Part of the problem is that some of Dawk's arguments are so bad than no-one has yet bothered to publish refutations. So even obvious logical points get deleted cos they are "Original Research".
For example the 747 Gambit is obvious rubbish the moment you think about conditional probabilities.
Dawkins does not explain what he means by statistically improbable. The standard probabilistic form of the argument from design is to take some feature of the universe (X) and to argue that p(X|God) >> p(X|No_God). Obviously p(God|No_God)=0 < p(X|No_God), but this says does not address the argument for design. So Dawkins seems to be arguing:
- If "D designed X" then, for any Background assumptions B, p(D|B) < p(X|B)
- Hence for any B and X, if "God designed X", p(God|B)< p(X|B)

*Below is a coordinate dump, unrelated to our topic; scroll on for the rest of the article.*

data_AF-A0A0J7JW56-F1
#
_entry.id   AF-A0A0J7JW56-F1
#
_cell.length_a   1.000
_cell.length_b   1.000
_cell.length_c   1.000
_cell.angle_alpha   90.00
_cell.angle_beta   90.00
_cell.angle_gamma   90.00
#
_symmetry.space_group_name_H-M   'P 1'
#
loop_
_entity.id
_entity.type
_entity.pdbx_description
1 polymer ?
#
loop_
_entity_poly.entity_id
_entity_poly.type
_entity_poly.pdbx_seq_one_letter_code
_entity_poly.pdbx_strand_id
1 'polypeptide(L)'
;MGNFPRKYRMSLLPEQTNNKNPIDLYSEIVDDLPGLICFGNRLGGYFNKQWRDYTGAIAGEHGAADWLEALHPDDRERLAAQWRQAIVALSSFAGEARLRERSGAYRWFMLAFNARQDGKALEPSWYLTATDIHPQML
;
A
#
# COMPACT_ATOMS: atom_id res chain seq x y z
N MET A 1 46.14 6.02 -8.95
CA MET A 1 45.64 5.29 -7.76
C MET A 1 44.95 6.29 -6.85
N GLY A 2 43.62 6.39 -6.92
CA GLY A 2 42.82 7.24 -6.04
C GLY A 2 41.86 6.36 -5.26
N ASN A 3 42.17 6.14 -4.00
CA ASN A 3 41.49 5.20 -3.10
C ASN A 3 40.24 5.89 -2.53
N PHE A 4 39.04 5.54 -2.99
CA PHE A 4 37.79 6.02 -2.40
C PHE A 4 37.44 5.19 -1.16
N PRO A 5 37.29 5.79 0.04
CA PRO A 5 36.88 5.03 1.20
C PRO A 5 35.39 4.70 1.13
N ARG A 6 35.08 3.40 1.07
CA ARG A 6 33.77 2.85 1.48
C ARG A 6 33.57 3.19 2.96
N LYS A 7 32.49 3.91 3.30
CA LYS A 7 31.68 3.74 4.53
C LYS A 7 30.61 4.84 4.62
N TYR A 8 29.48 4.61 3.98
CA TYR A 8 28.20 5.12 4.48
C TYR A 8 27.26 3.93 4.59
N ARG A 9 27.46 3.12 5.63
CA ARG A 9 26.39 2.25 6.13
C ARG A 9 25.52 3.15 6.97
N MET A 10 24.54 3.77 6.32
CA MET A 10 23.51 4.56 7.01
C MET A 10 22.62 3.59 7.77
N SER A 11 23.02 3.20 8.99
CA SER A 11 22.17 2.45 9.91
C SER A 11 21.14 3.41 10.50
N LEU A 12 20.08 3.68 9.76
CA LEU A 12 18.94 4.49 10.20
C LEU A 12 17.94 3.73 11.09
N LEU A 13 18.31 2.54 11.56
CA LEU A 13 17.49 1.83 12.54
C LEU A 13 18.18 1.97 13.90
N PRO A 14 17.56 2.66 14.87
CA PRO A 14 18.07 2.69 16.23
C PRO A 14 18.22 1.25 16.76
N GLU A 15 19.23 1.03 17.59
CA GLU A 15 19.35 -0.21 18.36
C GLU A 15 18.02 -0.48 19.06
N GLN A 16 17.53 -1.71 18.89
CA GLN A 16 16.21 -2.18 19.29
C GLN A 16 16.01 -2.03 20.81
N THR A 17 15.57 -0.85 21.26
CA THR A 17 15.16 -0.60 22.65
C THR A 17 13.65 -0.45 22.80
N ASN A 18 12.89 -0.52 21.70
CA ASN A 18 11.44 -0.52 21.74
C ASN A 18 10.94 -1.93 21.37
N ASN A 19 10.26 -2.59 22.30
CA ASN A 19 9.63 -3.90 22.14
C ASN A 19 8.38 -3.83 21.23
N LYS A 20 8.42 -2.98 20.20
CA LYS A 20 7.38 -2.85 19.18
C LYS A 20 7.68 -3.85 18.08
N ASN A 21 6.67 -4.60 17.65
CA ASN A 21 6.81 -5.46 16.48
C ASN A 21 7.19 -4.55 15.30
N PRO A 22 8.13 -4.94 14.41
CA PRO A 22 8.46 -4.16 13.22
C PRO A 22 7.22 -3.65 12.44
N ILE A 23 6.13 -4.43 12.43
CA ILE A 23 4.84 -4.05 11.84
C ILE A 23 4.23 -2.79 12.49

And the teapot/God analogy totally breaks down when you consider that:
- No scientist has made such a farcical claim as to seriously advocate the existence of this "teapot"
- There is ample ground for disbelief in the claim.
- The cumulative case for God, on the contrary, has persuaded at least a considerable minority of scientific minds.
- This teapot is a rhetorical and non-scientific device to associate a serious case with a ridiculous one.
Interesting post here "Richard Dawkins is probably among the finest evolutionary biologists of our time [hmm...] but ... that does not preserve him from making some remarkably bad--indeed, in some cases embarrassingly bad--arguments when he steps outside the domain of his own area of expertise. To notice the badness of his arguments, however, is not the same thing as to be fully immune from their effects."